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The Thirty Tyrants (Ancient Greek: οἱ τριάκοντα τύραννοι) were a pro-Spartan oligarchy installed in Athens after its defeat in the Peloponnesian War in 404 BC. Contemporary Athenians referred to them simply as "the oligarchy" or "the Thirty" (Ancient Greek: οἱ Τριάκοντα); the expression "Thirty Tyrants" is due to later historians.1 Its two leading members were Critias and Theramenes.
The Thirty severely reduced the rights of Athenian citizens. Imposing a limit on the number of citizens allowed to vote (limiting the franchise for example to the wealthiest citizens) was a standard move on the part of wealthy people who objected to being subject to the votes of the "rabble" in a broad-based democracy where all free adult males could vote. Participation in legal functions—which had previously been open to all Athenians—was restricted by the 30 to a select group of 500 persons. Only 3,000 Athenians were granted the right to carry weapons or receive a jury trial.
The Thirty Tyrants forced many Athenians into exile and threw their leaders into jail.
The Thirty began a purge of important leaders of the popular party during the Peloponnesian War. Hundreds were condemned to execution by drinking hemlock, while thousands more were exiled from Athens. One of the most famous men who escaped from Athens during this reign of terror was the wealthy Lysias, who was mentioned in Plato's Republic.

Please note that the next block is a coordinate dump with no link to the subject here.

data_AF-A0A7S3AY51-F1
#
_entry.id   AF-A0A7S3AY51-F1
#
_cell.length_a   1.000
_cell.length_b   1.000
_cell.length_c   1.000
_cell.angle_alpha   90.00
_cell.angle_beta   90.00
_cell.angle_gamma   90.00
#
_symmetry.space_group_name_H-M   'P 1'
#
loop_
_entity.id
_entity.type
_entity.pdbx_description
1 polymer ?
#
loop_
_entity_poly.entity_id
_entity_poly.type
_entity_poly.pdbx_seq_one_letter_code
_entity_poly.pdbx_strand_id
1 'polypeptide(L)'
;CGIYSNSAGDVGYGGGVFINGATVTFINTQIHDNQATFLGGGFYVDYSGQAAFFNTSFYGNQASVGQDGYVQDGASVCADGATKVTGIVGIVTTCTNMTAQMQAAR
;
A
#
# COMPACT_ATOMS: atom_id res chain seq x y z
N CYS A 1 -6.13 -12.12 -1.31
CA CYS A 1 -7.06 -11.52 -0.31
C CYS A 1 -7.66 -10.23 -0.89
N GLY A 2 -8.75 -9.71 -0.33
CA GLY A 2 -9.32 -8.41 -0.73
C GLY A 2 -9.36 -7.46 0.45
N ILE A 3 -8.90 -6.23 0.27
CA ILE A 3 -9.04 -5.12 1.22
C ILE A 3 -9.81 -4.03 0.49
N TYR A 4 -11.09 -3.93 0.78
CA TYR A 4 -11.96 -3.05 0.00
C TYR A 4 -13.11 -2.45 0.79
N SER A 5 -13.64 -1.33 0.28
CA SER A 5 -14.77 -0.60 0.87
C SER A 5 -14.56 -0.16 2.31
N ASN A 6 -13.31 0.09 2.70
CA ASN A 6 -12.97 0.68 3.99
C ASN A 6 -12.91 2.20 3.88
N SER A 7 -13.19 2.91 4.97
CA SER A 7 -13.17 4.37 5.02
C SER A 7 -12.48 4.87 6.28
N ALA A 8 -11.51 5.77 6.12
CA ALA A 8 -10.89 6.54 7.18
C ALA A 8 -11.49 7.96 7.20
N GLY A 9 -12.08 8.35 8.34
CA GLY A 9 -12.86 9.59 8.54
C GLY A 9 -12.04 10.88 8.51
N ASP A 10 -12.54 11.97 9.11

In Plato's Apology, Socrates recounts an incident in which the Thirty once ordered him (and four other men) to bring before them Leon of Salamis, a man known for his justice and upright character, for execution. While the other four men obeyed, Socrates refused, not wanting to partake in the guilt of the executioners. By disobeying, Socrates knew he was placing his own life in jeopardy, and claimed it was only the disbanding of the oligarchy soon afterward that saved his life (Apology 32c-d).
As a result of the Phyle Campaign the Thirty Tyrants were overthrown. A group of exiles led by the general Thrasybulus after setting out from Thebes in 403 BC ended their regime of just over a year. After the Thirty had been overthrown in a coup that killed Critias, Lysias accused Eratosthenes of the murder of Lysias' brother Polemarchus.
Plato, in the opening portion of his Seventh Letter recounts the rule of the thirty tyrants during his youth, when he was around 23 years old. He portrays them as taking over as a result of revolution, and him having high hopes, then becoming disillusioned, as they failed to manage the affairs of the state, making the previous era look like a golden age. He also mentions how Socrates refused to cooperate in the execution of a citizen, thus putting himself in danger.2
Cicero in his treatises about aging, friendship and duties, mentions that Socrates was condemned to death "at a time when Athens had more tyrants than a tyrant has bodyguards".
- Aeschines of Athens, of the Kekropis tribe (not the famous orator)
- Aristoteles (also a member of the Four Hundred and mentioned in Plato's Parmenides)
- Charicles, son of Apollodorus
- Cleomedes, son of Lycomedes
- Erasistratus of Acharnae
- Sophocles (an Athenian orator, not the playwright)
- Theramenes, son of Hagnon, of the tribe Pandionis, in the deme of Steiria
- Bultgrighini, U. Maledetta democrazia: Studi su Crizia (Alessandria, 1999).
- Németh, G. Kritias und die Dreißig Tyrannen: Untersuchungen zur Politik und Prosopographie der Führungselite in Athen 404/403 v.Chr. (Stuttgart, 2006).
- Rhodes, P. A History of the Classical Greek World: 478-323 BC (Blackwell, 2006).
- Usher, S. 'Xenophon, Critias and Theramenes' in: JHS 88 (1968) 128-135.